Superior Court Judge Joseph T. Gormley Jr. stated in 2006 in the infamous case of Daniel Gross: "The statute is absolutely clear, You can't appoint a conservator of someone's person unless that person is domiciled in the state of Connecticut or resides in the state of Connecticut."

Judge Hopper has had numerous chances to correct the mistake of May 2007. For the last eight months, even the plea of a permanent conservator appointed in July 2007 has gone unanswered. Meanwhile, Plank's expensive care in Connecticut — about $9,000 per month at the Greenwich facility — and the fees of numerous lawyers working at $300 and $400 an hour have steadily depleted her estate.

Richard J. Margenot, conservator: "every day spent in Connecticut puts Mrs. Plank deeper into financial chaos."

Rick Green's column appears on Tuesdays and Fridays. He can be reached at Rick Green's blog is at

Full Article and Source:
Another Connecticut Probate Victim

See also:
Connecticut Probate Injustice

More Connecticut Probate Abuse

Shameful Connecticut Probate

Fishy Smell in Connecticut

Making Out Like Bandits

Monday, November 10, 2008

Protective Order Against Judge

Probate Judge Paul Ganim was ordered to stay away from his home by a Superior Court judge following his arrest on domestic violence charges.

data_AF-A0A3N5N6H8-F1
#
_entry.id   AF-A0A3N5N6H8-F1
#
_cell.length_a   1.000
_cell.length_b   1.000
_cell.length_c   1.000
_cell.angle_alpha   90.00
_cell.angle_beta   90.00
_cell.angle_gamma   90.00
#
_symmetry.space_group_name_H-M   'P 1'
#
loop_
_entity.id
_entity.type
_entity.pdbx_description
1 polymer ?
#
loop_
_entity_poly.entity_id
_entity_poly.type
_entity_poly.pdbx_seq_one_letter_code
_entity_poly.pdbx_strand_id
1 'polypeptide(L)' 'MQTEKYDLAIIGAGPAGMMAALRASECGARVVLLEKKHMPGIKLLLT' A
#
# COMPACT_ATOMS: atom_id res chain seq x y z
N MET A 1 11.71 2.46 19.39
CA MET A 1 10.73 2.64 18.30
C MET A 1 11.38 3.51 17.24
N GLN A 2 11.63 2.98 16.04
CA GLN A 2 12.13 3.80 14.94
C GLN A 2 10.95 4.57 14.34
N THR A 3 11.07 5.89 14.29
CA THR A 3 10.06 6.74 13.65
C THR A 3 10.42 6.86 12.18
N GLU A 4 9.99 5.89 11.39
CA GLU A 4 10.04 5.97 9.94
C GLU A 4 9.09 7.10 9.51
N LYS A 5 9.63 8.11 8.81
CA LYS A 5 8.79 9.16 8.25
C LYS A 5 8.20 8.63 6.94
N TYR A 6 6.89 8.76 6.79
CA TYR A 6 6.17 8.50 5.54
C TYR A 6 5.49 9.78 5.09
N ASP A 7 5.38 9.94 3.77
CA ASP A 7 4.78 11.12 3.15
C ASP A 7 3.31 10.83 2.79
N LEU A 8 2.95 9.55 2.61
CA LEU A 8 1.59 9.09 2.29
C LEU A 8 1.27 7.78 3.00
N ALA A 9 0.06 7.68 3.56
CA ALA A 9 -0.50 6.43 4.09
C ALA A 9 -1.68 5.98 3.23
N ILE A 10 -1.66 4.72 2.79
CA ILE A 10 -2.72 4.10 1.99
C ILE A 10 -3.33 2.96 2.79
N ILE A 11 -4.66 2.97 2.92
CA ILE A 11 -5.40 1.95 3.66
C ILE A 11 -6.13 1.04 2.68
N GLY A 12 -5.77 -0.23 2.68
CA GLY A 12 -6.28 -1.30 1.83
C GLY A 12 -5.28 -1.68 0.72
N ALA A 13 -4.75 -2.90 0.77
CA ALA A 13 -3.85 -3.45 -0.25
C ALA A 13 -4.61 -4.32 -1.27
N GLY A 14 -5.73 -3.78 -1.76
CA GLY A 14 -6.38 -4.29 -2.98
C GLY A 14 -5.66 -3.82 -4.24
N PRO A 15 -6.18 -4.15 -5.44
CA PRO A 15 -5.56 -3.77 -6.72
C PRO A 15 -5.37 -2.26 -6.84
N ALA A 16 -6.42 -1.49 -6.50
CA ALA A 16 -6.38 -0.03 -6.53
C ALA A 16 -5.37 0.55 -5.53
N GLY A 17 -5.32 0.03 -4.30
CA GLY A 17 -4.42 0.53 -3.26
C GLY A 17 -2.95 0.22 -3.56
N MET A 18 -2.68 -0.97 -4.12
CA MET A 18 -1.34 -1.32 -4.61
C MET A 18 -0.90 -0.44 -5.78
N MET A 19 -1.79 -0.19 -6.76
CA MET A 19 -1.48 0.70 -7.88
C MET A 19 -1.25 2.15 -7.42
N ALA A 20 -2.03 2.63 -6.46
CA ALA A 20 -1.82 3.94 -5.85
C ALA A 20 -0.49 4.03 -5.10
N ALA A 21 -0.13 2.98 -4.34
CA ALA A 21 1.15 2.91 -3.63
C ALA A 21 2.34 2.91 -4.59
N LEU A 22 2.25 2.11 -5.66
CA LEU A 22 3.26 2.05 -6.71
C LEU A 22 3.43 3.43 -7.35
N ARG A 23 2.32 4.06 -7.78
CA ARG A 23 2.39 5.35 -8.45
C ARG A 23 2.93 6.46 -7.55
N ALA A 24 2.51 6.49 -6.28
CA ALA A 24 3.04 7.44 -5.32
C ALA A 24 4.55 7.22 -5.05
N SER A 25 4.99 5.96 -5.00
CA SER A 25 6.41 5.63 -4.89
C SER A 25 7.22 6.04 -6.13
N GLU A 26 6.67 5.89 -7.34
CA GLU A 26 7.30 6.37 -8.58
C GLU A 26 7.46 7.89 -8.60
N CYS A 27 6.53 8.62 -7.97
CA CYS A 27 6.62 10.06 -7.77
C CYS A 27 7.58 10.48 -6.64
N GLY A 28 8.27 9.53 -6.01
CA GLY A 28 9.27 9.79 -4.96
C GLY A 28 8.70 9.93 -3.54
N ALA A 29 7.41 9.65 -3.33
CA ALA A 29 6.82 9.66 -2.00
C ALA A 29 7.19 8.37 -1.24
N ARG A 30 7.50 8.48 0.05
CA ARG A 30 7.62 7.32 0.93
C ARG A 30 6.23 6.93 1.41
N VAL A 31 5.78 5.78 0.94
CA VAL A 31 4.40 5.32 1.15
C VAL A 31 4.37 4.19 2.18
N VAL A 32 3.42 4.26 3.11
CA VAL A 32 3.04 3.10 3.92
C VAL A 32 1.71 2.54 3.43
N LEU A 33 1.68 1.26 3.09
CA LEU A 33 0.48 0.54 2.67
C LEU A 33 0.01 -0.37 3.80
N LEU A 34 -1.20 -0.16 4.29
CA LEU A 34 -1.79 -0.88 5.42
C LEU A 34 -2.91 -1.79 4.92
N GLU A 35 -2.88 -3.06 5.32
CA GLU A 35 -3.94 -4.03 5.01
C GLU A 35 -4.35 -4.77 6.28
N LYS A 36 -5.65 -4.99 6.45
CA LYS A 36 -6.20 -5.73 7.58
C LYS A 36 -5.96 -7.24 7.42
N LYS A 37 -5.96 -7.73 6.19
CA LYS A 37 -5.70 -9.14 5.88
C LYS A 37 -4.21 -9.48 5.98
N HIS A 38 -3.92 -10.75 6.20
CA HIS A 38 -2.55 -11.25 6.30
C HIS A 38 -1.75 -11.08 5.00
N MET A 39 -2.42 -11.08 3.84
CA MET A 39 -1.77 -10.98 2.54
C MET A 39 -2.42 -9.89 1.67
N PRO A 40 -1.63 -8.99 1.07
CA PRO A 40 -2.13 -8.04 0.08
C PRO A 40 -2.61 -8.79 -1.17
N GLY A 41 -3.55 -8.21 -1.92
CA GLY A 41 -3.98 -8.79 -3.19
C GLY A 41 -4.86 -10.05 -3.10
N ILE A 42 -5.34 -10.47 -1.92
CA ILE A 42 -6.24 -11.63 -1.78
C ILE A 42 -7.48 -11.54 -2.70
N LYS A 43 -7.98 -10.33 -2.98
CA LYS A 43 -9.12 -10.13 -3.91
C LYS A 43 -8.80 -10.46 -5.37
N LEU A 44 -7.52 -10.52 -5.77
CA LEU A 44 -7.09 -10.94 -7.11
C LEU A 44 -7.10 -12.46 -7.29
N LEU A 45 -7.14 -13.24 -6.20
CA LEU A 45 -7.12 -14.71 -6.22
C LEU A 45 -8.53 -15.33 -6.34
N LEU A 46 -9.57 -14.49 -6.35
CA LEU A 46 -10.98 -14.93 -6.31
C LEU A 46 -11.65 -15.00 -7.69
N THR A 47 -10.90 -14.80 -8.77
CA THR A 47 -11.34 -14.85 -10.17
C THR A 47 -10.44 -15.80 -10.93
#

The protective order on Ganim prevents him from going to his home unescorted and prevents him from having any contact with his wife. Ganim, in his role as probate judge, will also not be allowed to hear cases involving children.

Ganim was charged with breach of peace and risk of injury to children. He is free on $15,000 bond.

Full Article and Source:
Protective order issued against Ganim - Probate judge charged in domestic dispute

See also:
Paul Ganim faces domestic charges

Sunday, November 9, 2008

Top Ten Excuses

Are you or your family member a victim of guardianship or conservatorship abuse that has attempted to receive justice for the unjust acts committed against you and your family? When seeking restitution, has every person you contacted refused to help?

It is an old song, out of tune, but still on their list of greatest hits

Here are the top ten excuses as reported to the National Association to Stop Guardian Abuse:

1."Its a court matter." (law enforcement agencies)

2."Its a state matter." (congressperson)

3."Its been going on a long time."

4."How did this all begin? You must have done something wrong."

5."You must be leaving something out. What you are saying doesn't make sense."

6."The guardian and conservator were appointed by a court; right?"

7."This is the wrong agency, get a hold of the attorney generals office. Good luck."

8."We don't handle elder abuse allegations. Get a hold of AARP, elder watch...." (Attorney Generals office)

9."We called the Social Services and they said you must have done something wrong or the court would never have put your parent in a guardianship. And in any case it's in the courts so we can do nothing." (advocacy and governmental agencies)

10."So what do you want me to do? I'm a state legislator; I make laws."